A proportion of beef and dairy farmers north and south of the border calve cows in the winter months for various reasons.

In Northern Ireland, there is a lot more milk produced indoors in the winter months. Dairy farmers get compensated for the higher costs of production. Some suckler farmers calve in the autumn for a variety of reasons, but there is little in the way of premium for higher costs.

Calving on many of these farms often happens outdoors on paddocks close to the farmyard which is often much cleaner and has less disease pressure than indoor calving.

However, once stock come indoors disease pressure can build up so proper facilities are required to manage young calves and cows indoors.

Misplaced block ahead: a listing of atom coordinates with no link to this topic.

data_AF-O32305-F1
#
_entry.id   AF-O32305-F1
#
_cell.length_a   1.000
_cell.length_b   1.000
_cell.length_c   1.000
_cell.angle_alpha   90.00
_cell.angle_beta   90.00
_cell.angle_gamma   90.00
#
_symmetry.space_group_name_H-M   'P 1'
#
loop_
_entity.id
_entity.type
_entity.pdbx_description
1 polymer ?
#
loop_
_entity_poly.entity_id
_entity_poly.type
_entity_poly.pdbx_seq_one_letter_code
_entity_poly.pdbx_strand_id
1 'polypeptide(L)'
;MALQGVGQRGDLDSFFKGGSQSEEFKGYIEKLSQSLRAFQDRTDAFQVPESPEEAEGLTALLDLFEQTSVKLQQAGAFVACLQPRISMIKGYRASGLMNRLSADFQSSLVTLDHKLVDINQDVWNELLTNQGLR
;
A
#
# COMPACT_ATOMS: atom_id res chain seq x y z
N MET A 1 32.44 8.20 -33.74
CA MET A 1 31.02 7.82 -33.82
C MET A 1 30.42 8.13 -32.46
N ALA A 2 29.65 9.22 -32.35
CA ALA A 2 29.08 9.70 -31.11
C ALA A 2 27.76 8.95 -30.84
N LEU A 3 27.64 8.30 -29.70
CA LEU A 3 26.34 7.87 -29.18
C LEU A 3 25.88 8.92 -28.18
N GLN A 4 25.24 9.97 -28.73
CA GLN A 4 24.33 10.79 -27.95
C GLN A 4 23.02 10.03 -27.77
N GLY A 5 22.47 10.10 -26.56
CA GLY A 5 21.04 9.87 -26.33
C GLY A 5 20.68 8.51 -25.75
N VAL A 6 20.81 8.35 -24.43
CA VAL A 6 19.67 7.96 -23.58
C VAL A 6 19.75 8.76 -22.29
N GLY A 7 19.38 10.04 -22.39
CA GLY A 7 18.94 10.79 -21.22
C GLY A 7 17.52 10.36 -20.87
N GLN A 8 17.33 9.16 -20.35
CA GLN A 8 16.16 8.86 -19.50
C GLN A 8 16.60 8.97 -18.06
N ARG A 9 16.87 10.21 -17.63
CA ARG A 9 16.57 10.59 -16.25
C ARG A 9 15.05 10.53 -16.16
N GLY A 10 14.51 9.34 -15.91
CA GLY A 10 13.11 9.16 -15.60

Unless you are properly set up with facilities it can become laboursome and often dangerous.

All farmers need to stand back and look at why they are calving in winter and ensure that they get the return for the extra workload. Often, some justify the workload to allow them complete other tasks in the spring. Analyse the decision-making process for your farm.

Whether it’s spring or winter calving there is always a proportion of difficult calvings. Kieran Mailey discusses solutions for some calving problems.

The overriding message is to know what you can and cannot do and act early if you need help rather than leaving it to the last minute, when in fact it might be too late and difficult for the vet to intervene successfully.

At this particularly busy time for some farmers look after number one and think safety at every turn. The quietest of cows can be very protective at calving.